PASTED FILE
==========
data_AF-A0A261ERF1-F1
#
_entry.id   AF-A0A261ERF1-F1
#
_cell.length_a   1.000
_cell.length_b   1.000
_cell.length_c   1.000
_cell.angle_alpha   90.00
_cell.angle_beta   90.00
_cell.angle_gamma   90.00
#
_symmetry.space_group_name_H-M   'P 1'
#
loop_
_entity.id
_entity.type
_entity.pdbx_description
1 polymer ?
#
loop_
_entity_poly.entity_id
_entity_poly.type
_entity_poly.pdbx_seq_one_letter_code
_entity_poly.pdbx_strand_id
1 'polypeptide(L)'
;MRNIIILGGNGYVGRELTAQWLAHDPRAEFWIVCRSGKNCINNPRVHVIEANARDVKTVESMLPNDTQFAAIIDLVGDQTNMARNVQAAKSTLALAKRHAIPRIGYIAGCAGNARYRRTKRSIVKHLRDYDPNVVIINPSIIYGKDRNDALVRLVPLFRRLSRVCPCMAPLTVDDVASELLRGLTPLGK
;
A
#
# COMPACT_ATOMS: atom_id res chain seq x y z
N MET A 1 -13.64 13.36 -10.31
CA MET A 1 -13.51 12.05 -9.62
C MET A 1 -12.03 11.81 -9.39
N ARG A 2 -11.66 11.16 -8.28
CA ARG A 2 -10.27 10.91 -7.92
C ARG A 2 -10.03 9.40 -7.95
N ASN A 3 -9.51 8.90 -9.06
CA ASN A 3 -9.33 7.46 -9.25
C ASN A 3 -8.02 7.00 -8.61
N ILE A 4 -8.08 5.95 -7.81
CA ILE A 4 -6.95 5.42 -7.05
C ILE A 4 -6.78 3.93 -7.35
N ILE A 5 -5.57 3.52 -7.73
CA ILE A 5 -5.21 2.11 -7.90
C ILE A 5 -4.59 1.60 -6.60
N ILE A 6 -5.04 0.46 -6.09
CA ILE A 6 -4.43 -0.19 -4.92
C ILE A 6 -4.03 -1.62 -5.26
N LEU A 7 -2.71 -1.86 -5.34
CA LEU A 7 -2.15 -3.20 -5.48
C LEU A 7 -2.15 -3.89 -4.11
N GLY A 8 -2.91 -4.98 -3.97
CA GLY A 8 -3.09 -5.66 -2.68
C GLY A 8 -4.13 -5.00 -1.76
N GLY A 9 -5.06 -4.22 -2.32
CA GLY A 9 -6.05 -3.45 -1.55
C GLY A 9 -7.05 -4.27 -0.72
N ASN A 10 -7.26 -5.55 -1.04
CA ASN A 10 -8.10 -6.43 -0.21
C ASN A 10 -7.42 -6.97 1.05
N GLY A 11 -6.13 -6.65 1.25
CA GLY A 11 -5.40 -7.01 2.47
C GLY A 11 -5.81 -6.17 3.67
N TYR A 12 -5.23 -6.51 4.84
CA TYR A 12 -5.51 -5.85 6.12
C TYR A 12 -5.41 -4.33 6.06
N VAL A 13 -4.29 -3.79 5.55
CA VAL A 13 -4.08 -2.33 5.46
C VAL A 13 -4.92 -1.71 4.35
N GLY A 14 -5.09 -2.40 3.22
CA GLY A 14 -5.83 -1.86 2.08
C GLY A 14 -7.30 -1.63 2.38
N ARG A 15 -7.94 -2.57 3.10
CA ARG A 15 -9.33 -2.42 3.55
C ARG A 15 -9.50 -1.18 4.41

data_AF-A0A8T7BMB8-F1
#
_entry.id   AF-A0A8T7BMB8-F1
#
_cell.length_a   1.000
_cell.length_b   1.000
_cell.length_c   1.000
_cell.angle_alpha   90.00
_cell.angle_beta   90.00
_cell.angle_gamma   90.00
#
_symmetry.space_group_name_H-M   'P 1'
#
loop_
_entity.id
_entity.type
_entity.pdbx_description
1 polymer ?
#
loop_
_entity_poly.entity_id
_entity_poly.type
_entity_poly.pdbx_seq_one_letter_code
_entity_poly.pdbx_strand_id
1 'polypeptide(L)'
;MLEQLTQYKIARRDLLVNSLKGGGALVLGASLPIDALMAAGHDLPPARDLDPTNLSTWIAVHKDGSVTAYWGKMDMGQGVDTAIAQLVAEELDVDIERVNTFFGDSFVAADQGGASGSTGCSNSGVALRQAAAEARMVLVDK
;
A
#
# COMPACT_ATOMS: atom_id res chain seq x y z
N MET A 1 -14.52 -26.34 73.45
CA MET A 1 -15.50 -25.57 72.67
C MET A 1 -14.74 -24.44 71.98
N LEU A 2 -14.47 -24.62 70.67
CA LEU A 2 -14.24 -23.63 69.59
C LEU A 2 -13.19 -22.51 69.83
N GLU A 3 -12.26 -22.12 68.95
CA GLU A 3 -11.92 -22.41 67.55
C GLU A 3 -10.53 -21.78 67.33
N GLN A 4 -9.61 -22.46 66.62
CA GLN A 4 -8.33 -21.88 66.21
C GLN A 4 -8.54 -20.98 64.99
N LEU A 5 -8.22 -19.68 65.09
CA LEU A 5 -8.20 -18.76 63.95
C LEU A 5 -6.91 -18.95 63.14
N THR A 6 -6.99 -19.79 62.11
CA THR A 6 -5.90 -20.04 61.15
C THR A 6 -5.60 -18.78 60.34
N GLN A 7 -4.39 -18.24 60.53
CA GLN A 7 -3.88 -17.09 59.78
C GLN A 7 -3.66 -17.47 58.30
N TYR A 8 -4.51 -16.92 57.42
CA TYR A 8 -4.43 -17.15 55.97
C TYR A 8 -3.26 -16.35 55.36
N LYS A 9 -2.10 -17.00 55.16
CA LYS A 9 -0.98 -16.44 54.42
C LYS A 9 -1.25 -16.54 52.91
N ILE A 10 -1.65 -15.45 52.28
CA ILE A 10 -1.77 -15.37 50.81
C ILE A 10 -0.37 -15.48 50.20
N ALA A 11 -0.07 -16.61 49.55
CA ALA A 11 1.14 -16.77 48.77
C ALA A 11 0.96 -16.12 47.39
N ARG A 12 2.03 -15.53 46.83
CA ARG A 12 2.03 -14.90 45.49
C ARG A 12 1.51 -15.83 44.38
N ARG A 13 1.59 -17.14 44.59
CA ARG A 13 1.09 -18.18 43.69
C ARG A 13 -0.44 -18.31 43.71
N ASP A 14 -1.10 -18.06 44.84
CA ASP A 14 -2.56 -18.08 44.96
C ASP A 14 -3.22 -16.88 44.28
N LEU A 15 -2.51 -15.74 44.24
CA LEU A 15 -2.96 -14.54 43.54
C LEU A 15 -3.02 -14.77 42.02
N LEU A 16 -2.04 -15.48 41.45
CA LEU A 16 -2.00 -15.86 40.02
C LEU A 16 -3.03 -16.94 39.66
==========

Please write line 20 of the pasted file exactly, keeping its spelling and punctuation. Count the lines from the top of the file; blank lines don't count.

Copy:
loop_